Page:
Thursday, June 10, 2004

Is Venezuela a democracy?
A post in progress

Thursday 10, June 2004

With the announcement of a Recall Election in Venezuela we are witnessing a certain metamorphosis in some of the pseudo opinion makers around the media. For some of them, the fact that Chavez has accepted to run in a Recall Election is a proof that he is a democrat. Never mind that he had been forced into accepting such a thing, that the road to reach such an election is paved with violence, corruption, blackmail and what not. Never mind that August 15 is still far away and that a lot of water will go under that democracy bridge, enough water to sweep it away. Still, this does not stop the publication of ludicrous articles such as Weisbrot accusing the Washington post on lying about political prisoners in Venezuela when every body here knows that a couple of dozen people are sought or held with no trial in sight just because they acted on political grounds. Is he that ill informed? Is he lying himself? Then again he would not be the only one.

Thus I have decided to make a little table where I compare what a democracy should be, what Venezuela currently is and what an authoritarian regime is. The reader will be able to decide where does Venezuela falls.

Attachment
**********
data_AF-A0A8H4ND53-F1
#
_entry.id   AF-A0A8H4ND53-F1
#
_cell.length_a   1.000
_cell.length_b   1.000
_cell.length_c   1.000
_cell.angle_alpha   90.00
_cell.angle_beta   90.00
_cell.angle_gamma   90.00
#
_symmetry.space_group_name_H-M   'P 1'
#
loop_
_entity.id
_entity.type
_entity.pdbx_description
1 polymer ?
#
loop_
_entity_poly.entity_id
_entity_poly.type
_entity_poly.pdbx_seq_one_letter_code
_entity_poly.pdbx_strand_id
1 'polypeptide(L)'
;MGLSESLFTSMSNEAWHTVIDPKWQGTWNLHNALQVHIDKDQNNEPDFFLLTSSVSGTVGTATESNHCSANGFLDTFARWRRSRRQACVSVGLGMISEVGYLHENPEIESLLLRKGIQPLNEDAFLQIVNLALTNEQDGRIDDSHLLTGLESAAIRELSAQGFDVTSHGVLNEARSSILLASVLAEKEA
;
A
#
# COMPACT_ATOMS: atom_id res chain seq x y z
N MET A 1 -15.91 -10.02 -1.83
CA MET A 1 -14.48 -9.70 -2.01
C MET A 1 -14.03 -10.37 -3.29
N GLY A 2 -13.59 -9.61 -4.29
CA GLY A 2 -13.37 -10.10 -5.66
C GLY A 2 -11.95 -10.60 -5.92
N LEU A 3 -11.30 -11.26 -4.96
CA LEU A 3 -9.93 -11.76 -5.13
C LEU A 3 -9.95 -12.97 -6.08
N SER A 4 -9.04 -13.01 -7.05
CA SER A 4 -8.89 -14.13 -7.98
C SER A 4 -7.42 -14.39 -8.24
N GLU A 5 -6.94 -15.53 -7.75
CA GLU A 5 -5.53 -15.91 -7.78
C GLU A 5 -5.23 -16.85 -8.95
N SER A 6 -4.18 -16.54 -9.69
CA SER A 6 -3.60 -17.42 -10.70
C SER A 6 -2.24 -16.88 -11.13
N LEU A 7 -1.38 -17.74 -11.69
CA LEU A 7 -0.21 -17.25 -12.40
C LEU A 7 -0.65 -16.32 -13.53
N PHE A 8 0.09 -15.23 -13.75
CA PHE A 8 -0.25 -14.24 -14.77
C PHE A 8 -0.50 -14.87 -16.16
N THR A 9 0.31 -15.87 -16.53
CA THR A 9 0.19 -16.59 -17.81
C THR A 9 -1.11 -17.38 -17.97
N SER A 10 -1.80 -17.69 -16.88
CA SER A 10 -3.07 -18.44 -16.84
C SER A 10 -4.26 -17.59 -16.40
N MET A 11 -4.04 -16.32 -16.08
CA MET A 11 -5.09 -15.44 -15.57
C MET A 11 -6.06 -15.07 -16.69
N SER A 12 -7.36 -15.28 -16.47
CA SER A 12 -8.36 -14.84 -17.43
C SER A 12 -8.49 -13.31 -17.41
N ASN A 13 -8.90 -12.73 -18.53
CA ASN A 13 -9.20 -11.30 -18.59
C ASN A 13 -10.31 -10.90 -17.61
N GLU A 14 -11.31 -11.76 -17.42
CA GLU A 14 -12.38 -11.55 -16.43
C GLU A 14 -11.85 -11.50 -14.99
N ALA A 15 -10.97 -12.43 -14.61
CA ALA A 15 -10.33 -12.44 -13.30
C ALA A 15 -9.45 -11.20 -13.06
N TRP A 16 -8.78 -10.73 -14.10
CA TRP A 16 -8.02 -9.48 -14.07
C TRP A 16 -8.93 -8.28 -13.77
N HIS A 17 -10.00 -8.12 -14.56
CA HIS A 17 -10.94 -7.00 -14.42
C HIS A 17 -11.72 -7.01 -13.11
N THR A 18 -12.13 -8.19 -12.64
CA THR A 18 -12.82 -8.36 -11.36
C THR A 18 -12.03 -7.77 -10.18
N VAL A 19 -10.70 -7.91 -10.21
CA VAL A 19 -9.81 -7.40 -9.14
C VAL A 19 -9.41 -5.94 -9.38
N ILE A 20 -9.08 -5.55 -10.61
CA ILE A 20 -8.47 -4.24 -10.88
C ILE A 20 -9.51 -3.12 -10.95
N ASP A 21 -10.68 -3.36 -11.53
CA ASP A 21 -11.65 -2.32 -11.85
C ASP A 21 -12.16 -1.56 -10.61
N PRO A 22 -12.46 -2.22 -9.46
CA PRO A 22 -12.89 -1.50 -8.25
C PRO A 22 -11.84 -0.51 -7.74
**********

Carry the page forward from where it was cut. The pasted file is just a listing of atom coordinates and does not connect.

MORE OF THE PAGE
Note: this post will be an open post. If people can come up with additional aspects to compare I will include them and eventually repost the whole list. Suggestions for a better presentation are of course welcome.

  Democratic regimesVenezuelaAuthoritarian regimes
Institutional and legal aspects,
that could be easily verified by curious international observers
independent and autonomous judicial poweryesnono
impartial inquisitory proceduresusuallynono
timely administration of justiceusuallynono
clear separation between legislative and executive powerusuallynono
national budgetary accountabilityyesnono
 freedom of the pressyesyesno
civilian control over the armyyesnono
army is a political actornosomewhatyes
respect for private propertyusuallynono
general accounting of government actions at the national levelusuallyvery limitednone
general accounting for governmental actions at the international levelyessomewhatsomewhat
Practical Aspects,
real life situations from the above that might not be as obvious for the international observer but that are common knowledge among Venezuelan citizens
fair electionsyesmaybeno
pressure on public employees depending on their political opinionsrareyesyes
political blackmail for governmental favors, jobspossibleyesyes
clean electionsyesmaybeno
effectivity of the press when denouncing governmental abuseyesnonot applicable
safety for journalists doing their jobyesnono
"cadenas", inadequate use of private networks air time by the government for political benefitnoyesyes
freedom of travelyesyespartial
freedom to tradeusuallyrestrictedvariable
influence on the political opposition on the application of some public policiesfrequentnonot applicable
corruptionexists, but sanctionedrampantusual
political prisonersrarelyyesyes
equality in front of the lawgenerallysomewhatno
equal access to to public servicesusuallylimitationsno
private property protectionyes, or with compensationvery limitedno
 personal security outside of political activitya goalvery lowvariable
personal security within political activityusuallyweaknone

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